Credit Suisse's Rich Clients Sell Euros for High-Yielding Assets

  • Carry trades seen offering decent yields, minimal volatility
  • Draghi's QE is key to euro's attraction as a funding currency

Credit Suisse Group AG’s wealthy clients are seeking to exploit differences in global borrowing costs by using euros to buy the currencies of China, India and Mexico, according to the private bank’s strategist.

The Chinese yuan traded offshore, the Indian rupee and Mexico’s peso offer “reasonable” yields with minimal volatility, said Koon How Heng, senior foreign-exchange strategist at Credit Suisse’s private banking and wealth management unit in Singapore.

In carry trades, investors seek to borrow cheaply in one currency to buy those of nations with higher yields. All except four of the 42 potential trades funded in euros tracked by Bloomberg have made money since ECB President Mario Draghi said on Oct. 22 that he will investigate all options for more stimulus in December.

“Our favorite funding currency is still the euro,” Heng said in an interview. “Whenever you have a central bank that is behind you doing QE, you can have the luxury of using the currency as a funding currency.”

The strategy can add stability and predictability to clients’ portfolios amid uncertainty over the timing of the Federal Reserve’s first interest-rate increase in almost a decade, Heng said. While Credit Suisse expects the Fed to tighten policy as early as December and the greenback to strengthen, the key role of U.S. economic data in driving the central bank’s decision is set to fuel volatility in the dollar, he said.

China, India, Mexico

The currencies of China, India and Mexico are set to outperform emerging-market peers because those nations have current-account surpluses and governments that are committed to reforms, Heng said. Slumping commodity prices and slowing economic growth will weigh on most other emerging-market currencies, he said.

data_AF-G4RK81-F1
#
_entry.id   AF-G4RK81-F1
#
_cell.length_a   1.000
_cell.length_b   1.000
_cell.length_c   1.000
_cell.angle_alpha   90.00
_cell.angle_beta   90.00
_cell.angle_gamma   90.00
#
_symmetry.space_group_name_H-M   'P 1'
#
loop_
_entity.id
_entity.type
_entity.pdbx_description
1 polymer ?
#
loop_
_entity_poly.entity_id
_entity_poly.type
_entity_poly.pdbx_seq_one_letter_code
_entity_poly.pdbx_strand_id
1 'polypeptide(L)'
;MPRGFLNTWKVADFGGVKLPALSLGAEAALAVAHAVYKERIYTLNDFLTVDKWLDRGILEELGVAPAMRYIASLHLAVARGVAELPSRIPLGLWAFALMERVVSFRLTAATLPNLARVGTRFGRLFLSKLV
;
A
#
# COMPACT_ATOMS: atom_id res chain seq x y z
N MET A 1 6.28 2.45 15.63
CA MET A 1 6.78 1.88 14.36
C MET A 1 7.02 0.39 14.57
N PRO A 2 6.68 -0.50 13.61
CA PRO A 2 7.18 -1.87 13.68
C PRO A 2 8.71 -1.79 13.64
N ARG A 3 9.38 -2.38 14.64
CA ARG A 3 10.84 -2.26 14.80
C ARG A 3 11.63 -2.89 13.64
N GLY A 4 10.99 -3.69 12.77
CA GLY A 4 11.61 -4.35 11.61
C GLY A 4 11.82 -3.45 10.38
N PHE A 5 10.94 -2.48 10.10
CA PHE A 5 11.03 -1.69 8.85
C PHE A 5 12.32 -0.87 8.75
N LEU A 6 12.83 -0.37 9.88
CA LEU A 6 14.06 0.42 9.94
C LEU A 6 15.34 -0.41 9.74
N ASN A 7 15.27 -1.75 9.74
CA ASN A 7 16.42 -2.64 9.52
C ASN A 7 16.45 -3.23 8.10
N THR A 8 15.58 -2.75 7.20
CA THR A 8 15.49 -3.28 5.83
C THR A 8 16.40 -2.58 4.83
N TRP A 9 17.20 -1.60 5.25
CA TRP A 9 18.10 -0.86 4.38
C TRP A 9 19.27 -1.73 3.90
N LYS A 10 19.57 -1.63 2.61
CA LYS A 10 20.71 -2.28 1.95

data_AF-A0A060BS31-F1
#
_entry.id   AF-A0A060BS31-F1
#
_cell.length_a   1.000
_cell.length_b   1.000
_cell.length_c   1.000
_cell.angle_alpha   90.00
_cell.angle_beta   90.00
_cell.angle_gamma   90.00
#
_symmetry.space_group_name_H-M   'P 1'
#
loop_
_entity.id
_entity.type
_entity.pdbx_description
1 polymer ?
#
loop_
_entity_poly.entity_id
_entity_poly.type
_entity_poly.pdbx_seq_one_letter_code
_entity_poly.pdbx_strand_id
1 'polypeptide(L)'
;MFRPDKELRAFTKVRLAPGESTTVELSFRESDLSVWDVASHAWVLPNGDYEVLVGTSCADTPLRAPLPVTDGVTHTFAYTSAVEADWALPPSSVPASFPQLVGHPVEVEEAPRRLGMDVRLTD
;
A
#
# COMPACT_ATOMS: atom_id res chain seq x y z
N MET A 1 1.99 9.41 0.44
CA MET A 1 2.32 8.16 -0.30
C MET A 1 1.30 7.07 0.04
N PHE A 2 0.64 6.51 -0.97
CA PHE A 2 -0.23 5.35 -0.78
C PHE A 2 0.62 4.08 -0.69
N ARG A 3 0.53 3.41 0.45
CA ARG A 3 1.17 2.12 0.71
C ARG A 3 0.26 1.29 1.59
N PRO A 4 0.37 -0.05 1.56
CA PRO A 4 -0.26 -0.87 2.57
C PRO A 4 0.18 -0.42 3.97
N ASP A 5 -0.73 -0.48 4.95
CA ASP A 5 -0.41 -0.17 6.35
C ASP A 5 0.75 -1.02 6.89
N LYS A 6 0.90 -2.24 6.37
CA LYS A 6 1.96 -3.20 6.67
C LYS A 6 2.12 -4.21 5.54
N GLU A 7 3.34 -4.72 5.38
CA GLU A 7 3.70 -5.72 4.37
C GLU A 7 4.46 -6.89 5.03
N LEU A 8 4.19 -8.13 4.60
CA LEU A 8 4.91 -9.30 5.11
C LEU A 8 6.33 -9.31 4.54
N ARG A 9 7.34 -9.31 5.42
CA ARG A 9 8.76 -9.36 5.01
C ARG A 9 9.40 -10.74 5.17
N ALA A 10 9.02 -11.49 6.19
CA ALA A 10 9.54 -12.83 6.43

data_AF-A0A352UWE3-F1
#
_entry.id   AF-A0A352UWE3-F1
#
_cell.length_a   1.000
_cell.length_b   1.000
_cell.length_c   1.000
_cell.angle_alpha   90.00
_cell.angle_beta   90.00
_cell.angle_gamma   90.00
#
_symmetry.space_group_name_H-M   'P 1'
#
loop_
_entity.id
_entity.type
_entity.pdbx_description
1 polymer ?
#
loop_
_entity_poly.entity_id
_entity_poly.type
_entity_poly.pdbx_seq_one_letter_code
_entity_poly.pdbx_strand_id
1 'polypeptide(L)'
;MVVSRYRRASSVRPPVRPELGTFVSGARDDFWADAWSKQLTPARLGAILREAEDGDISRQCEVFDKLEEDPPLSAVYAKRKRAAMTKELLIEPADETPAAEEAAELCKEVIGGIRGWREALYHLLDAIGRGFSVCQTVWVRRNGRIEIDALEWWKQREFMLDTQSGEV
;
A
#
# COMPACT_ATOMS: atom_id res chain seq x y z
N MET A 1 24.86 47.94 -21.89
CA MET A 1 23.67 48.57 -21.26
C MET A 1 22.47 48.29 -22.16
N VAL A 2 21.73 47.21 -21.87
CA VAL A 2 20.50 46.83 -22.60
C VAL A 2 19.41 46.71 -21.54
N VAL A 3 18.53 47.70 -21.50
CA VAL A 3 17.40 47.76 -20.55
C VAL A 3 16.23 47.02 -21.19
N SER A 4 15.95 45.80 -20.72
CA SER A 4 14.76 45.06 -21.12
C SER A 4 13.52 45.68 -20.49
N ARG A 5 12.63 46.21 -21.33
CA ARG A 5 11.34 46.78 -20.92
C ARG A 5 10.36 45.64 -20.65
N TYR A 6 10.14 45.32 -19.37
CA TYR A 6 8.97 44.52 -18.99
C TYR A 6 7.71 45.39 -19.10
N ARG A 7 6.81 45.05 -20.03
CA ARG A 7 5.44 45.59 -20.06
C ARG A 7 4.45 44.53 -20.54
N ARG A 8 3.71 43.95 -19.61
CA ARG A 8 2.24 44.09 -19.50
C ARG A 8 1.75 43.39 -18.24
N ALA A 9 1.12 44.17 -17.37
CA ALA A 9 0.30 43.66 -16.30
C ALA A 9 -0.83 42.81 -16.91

In carry trades, a drop in the funding currency or an increase in the target exchange rate adds to the return from the rate differential. The median forecast in a Bloomberg survey puts the euro at $1.07 at the end of the first quarter, down 3 percent from $1.1027 as of 7:10 a.m. in London.

Before Draghi’s comments last week that policy makers were looking at all tools, more than 80 percent of economists surveyed by Bloomberg predicted the ECB will eventually beef up quantitative easing. Policy options include extending stimulus beyond its current end date of September 2016, ramping up monthly purchases from 60 billion euros ($66 billion) and cutting the deposit rate.

In an interview with Italy’s Il Sole 24 Ore published on Oct. 31, Draghi said whether the central bank needs to boost its quantitative-easing program is still an “open question.” He added it’s “too early” to pass judgment on lowering the deposit rate further below zero.

“We believe they are ready to expand the monthly asset purchases,” Heng said. “There’s a lot of push back and forth but it looks it’s going in that direction.”

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